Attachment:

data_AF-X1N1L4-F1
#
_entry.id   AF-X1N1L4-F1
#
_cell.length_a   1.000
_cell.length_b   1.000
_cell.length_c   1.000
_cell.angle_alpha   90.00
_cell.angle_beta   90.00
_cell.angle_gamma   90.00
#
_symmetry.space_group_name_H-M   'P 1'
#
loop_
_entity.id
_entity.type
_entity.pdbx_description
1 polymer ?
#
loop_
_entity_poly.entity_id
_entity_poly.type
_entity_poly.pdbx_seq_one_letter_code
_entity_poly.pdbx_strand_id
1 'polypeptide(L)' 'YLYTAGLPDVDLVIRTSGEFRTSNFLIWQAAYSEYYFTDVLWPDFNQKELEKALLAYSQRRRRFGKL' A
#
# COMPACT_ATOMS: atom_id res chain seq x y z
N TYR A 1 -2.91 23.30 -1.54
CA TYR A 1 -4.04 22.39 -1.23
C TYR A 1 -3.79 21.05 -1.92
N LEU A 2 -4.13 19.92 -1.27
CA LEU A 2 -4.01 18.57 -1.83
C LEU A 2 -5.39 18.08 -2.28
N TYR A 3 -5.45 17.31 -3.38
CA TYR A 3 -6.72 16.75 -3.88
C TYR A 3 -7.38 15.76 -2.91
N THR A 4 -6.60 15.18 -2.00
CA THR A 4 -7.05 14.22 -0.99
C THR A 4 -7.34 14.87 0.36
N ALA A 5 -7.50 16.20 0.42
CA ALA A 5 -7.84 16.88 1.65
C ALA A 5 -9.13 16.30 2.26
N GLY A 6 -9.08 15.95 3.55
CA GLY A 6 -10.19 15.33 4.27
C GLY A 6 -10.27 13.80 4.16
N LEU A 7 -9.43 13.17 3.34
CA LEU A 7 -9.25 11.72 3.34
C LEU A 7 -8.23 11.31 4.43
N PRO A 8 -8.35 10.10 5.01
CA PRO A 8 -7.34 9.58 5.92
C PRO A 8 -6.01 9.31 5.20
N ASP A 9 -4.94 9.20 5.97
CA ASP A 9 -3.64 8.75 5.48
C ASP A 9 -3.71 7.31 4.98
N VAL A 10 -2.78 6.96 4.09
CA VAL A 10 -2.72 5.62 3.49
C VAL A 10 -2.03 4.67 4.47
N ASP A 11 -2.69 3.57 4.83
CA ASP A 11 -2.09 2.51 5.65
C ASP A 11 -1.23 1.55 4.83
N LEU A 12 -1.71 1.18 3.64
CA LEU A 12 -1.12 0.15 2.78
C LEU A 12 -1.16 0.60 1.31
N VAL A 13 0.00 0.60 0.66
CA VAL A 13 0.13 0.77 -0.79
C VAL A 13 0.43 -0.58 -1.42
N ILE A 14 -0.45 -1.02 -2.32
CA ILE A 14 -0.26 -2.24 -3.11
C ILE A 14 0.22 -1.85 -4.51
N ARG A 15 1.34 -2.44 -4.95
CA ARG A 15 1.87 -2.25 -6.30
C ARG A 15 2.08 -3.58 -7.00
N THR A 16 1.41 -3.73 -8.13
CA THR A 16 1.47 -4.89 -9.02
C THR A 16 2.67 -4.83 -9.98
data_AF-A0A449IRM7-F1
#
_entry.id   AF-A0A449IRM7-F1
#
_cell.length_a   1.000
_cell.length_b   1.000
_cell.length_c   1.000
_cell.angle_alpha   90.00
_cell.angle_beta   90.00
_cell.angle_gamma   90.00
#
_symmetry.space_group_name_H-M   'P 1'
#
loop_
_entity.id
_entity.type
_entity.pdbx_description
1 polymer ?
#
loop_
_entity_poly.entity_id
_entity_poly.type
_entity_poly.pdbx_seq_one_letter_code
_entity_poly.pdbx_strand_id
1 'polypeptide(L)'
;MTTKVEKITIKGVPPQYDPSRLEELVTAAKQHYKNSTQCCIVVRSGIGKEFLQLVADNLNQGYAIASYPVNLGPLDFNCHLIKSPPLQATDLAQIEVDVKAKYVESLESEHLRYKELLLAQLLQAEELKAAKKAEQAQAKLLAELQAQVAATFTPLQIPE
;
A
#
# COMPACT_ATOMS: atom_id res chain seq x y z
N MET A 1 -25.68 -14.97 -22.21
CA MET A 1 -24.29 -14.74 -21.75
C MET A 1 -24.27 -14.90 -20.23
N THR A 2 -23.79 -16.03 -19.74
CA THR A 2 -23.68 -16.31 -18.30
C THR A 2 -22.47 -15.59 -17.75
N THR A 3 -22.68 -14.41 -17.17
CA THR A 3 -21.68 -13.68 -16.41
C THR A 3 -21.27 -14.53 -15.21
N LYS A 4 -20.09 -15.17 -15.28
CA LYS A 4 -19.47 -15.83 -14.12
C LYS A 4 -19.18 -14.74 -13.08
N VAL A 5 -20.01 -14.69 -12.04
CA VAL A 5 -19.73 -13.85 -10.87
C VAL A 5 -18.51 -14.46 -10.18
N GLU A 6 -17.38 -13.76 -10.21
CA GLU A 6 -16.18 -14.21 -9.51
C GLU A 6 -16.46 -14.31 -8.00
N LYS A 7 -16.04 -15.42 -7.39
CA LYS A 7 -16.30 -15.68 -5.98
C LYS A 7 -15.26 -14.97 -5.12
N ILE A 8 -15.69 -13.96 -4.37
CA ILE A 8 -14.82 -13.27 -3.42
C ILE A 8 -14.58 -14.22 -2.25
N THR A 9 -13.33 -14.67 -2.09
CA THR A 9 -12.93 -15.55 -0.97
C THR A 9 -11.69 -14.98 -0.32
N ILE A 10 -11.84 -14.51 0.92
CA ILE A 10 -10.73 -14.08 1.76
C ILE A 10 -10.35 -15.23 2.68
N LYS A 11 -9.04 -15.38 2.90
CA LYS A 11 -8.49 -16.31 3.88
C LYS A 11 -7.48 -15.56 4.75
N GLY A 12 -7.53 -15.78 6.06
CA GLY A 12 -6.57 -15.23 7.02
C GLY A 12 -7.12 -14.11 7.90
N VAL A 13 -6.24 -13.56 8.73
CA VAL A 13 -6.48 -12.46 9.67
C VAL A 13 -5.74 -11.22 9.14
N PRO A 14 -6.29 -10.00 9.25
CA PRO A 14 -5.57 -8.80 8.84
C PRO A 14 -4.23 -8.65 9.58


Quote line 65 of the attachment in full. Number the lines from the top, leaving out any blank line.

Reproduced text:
CA VAL A 13 0.13 0.77 -0.79